Futzing with WordPress’ base directory

The list of files in my hosted spaces root directory. I'm discussing how I set up requests to go to these directories. XDA few blog posts ago, when I wrote about the online version of my regex tester, I mentioned that I was experiencing a few technical troubles on my blog. The reason for this was that the regex tester is kept in the same web space as my blog, and the way I had set it up was causing erroneous functions in WordPress.

After a bit of googling and some .htaccess hackery, I got it all working again. Since it was a bit of an interesting concept and solution, I thought I’d write it up here. :D

So, I have one main block of web space that I use for all of my websites, which is hosted by the fine people at Ennoverse.com (*plug plug* XD). The primary domain for the space is Tim-Oliver.com which directs to the root directory of the space and originally, the directory contained all of my blog WordPress files.

When I went to set up Regex-Tester.com, I decided I didn’t want the files and directories from my blog to mix with those of the regex site. To do this, I placed all of the blog files into a directory called ‘/blog’ and all of the regex files in a directory called ‘/regex’. I then simply set the Regex-Tester.com domain as a subdomain which directed straight to the ‘/regex’ directory after that.

Now, herein lay the dilemma:

  • To maintain the same file routes and structures, I wanted my blog to operate out of ‘/blog’ on the server, but to the outside, I wanted it to look like it was still in the root directory.
  • By extension to this, I wanted to make sure you couldn’t access Regex-Tester.com by typing in http://tim-oliver.com/regex/

So the solution seemed pretty simple. I wrote a custom .htaccess file that would soft redirect any server requests through to the ‘/blog’ directory like so:

Options +FollowSymLinks
# Enable rewrite rules
RewriteEngine On
RewriteBase /
#Default: Tim-Oliver Blog</code>
RewriteRule ^(.*)$ /blog/$1 [QSA,L]

After trying this out, everything looked fine. Without having to touch a single setting on my blog, it was loading and rendering perfectly.

Erm…. unfortunately, it started interfering with the Regex-Tester.com subdomain. And by that, I mean it broke it completely. It turns out the requests to Regex-Tester.com were going through this rewrite delegation condition as well, and that was causing a conflict on the server.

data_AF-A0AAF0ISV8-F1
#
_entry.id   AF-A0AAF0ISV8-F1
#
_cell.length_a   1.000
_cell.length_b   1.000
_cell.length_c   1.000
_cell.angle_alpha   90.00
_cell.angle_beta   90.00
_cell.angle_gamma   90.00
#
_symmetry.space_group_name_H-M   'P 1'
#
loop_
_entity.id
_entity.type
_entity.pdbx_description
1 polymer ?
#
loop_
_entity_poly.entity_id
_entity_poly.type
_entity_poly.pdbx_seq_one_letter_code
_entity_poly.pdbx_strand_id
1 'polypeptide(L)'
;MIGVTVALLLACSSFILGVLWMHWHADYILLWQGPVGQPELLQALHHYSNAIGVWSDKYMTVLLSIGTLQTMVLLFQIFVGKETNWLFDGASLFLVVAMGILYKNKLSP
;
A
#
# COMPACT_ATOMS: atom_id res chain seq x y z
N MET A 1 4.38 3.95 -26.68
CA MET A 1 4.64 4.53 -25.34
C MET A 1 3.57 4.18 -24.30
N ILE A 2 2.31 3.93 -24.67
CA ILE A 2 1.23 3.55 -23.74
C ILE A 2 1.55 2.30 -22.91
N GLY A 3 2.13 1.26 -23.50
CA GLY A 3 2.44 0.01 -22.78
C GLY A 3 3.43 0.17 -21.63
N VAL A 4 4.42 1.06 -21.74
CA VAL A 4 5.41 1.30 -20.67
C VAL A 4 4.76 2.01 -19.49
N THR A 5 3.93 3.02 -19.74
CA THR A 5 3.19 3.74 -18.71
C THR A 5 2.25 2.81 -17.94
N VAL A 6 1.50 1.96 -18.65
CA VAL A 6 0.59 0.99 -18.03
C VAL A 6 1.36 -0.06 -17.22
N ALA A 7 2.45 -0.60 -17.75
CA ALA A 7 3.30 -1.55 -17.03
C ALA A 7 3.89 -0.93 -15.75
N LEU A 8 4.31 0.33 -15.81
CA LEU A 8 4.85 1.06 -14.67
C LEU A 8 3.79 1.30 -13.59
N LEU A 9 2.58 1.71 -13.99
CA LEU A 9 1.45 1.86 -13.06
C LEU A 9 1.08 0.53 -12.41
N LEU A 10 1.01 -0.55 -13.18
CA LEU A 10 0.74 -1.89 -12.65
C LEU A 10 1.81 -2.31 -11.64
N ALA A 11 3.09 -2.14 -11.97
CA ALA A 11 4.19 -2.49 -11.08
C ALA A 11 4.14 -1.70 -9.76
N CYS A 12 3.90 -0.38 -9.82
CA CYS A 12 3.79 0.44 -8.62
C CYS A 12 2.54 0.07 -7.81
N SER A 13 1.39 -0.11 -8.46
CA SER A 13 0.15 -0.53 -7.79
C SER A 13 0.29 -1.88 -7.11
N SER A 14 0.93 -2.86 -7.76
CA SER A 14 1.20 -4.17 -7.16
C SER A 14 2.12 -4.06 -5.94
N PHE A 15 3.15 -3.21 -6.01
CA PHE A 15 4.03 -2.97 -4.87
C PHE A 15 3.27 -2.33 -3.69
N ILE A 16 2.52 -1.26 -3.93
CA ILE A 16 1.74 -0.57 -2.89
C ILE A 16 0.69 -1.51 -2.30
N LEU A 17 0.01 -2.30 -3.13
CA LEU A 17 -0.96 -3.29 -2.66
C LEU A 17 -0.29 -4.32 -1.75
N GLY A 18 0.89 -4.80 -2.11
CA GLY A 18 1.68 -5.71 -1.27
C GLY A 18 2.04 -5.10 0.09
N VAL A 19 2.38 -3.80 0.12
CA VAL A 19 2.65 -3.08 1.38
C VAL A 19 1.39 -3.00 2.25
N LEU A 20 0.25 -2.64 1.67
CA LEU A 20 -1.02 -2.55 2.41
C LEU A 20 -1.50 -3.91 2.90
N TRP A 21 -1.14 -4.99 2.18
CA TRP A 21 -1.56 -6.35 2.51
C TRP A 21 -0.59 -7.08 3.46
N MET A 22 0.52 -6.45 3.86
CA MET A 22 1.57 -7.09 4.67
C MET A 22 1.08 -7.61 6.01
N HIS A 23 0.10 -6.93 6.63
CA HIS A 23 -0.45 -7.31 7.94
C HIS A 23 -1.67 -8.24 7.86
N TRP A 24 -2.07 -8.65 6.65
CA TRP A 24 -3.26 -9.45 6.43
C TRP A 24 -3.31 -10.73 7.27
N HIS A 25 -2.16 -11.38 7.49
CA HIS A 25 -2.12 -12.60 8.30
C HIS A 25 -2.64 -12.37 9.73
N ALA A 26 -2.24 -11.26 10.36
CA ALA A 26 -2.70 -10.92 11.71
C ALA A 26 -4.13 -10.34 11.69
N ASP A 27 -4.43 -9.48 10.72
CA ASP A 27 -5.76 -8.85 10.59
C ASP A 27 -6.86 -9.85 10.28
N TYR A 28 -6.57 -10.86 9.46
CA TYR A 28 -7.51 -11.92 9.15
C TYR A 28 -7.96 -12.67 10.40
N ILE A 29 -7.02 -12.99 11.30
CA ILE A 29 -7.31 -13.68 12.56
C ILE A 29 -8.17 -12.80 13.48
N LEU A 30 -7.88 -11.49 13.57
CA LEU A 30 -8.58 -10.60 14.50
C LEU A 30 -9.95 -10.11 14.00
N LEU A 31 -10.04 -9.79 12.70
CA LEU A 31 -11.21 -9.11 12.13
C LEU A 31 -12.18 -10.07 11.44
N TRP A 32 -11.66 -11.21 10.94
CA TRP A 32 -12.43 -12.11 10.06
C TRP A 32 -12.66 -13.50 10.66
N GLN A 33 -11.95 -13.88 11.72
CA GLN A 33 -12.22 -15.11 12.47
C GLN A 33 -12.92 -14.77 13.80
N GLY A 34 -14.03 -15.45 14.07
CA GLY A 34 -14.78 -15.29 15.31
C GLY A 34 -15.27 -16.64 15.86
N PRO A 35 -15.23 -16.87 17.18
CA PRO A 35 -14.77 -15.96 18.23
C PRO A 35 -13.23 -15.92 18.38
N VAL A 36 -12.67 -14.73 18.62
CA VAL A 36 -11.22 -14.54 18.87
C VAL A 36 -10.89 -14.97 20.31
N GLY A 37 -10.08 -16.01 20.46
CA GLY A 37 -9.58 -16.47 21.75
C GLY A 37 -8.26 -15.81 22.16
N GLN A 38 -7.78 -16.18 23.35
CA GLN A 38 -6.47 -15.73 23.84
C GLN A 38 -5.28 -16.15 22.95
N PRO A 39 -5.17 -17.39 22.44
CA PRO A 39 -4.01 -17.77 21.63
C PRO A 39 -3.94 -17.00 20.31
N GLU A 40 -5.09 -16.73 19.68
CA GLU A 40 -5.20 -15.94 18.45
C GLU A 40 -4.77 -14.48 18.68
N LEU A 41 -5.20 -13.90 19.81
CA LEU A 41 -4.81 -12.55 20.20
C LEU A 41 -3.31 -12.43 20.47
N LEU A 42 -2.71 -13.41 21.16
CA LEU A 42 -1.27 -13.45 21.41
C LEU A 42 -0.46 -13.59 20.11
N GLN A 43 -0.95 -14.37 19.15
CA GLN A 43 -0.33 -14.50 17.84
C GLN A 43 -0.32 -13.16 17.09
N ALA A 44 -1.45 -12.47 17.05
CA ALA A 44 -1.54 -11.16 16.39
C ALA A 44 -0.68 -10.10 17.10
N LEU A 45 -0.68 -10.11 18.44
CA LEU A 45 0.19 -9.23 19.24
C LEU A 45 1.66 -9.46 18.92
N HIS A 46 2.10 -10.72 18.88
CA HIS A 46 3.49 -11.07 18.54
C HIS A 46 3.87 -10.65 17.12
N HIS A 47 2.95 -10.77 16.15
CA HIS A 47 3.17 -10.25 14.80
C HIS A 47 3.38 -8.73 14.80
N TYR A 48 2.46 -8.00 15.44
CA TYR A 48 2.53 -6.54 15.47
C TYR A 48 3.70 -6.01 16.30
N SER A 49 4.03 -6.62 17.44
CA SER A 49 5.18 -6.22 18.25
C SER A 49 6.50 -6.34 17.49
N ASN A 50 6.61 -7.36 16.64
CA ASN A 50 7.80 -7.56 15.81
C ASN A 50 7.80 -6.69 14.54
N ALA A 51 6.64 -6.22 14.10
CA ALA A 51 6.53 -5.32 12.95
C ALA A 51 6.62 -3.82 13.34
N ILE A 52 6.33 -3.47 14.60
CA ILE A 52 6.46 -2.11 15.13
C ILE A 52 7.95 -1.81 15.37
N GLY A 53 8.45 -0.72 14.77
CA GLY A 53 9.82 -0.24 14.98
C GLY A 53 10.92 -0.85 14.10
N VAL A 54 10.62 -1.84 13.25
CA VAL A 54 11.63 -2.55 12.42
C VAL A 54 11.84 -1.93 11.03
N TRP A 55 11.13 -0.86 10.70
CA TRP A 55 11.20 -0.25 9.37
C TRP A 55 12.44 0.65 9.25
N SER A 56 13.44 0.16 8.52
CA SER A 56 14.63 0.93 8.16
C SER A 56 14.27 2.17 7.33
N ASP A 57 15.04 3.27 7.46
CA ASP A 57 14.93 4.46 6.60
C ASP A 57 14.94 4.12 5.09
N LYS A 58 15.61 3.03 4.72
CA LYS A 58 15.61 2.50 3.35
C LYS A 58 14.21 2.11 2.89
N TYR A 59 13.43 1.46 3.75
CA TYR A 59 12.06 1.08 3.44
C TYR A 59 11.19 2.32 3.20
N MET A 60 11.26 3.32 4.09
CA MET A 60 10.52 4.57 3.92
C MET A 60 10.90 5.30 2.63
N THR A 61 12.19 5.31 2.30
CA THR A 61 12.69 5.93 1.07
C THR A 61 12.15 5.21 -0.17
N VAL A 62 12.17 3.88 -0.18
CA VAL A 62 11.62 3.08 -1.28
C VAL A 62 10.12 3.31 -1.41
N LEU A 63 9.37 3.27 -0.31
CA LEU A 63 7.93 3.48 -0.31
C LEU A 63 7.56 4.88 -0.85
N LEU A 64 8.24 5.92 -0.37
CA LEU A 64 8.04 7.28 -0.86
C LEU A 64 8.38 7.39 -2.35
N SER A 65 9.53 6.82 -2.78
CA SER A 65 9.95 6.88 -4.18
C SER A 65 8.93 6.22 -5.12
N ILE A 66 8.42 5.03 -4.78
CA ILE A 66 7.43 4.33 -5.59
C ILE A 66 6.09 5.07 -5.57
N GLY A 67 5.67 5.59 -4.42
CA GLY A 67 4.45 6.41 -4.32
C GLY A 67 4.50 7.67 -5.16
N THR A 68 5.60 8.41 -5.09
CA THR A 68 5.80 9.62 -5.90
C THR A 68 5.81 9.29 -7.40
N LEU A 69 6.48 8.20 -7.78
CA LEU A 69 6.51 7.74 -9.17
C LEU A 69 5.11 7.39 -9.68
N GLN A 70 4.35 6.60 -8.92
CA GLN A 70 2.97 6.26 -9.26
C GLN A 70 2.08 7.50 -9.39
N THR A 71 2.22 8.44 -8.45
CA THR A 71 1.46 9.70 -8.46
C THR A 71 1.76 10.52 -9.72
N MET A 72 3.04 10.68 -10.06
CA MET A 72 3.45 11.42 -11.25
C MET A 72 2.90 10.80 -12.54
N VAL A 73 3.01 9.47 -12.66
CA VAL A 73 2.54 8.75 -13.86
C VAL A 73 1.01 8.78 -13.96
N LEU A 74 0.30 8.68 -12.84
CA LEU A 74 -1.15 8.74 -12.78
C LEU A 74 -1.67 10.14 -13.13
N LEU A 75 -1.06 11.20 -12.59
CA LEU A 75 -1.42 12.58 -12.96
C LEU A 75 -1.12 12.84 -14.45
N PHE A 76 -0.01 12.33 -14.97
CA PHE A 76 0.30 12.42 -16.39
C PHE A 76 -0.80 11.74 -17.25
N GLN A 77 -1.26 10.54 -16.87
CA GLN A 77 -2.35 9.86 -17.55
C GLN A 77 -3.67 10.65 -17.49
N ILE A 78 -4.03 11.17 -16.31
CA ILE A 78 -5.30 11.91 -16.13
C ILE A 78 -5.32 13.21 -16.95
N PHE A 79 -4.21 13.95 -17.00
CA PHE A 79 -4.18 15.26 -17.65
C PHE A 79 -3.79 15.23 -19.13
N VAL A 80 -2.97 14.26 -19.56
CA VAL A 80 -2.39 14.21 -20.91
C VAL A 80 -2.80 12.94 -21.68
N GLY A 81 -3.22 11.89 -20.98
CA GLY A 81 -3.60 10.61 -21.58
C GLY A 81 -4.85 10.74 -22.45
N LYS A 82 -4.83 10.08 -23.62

So the natural solution to this was to edit the .htaccess code and get it to make exceptions for specific domain names (ie Regex-Tester.com) and then delegate the remainder back to default:

#Regex-Tester Site
RewriteCond %{HTTP_HOST} ^(www\.)?regex-tester\.com
RewriteRule .* - [L]

And thankfully this worked out perfectly. ^_^ I could now load both web sites out of their respective sub-directories, but it appeared that they were totally separate.

Erm… however, finally… I noticed one last little glitch. I couldn’t log into WordPress’ admin panel anymore. ;_; Any computer where my cookies were set was okay… but trying it on any logged out computers resulted in me constantly looping back to the login page over and over.

After tearing the page apart and checking out the various bits of code, I finally noticed that the login page had its GET redirection variable set with ‘/blog’ at the start. :S

After furthur digging around in the WordPress source code, I eventually discovered that WordPress generates its redirection addresses using the physical file locations passed from several PHP $_SERVER variables. There was no way to edit this with .htaccess, and if even I did, I might just end up breaking the blog more.

So my final solution to this was to just write a quick WP plugin and get it to modify the $_SERVER variables before WordPress actually began execution:

//remove '/blog' from the URI values to ensure correct URLS
//(/blog is needed by Apache, but should be invisible to the PHP)
function SantizeServerURIs($str)
{
$_SERVER['PHP_SELF'] = preg_replace('/^\/?blog/i', '', $_SERVER['PHP_SELF'] );
$_SERVER['REQUEST_URI'] = preg_replace('/^\/?blog/i', '', $_SERVER['REQUEST_URI'] );
}
add_action( 'init', 'SantizeServerURIs' );

And with that code in place, everything started working perfectly again. ^_^

So this was basically my little method of storing two separate sites in one hosted space, but then delegating them separate requests so as to make them behave as if they were in the root directory. If anyone else was thinking of doing the same thing, hopefully it helped a little. :)

Let me know what you think of it. If you know of a faster way to do this, then by all means let me hear it. XD

Also, if you found a critical exploit in there that I may have missed…. please let me know that one too. ;)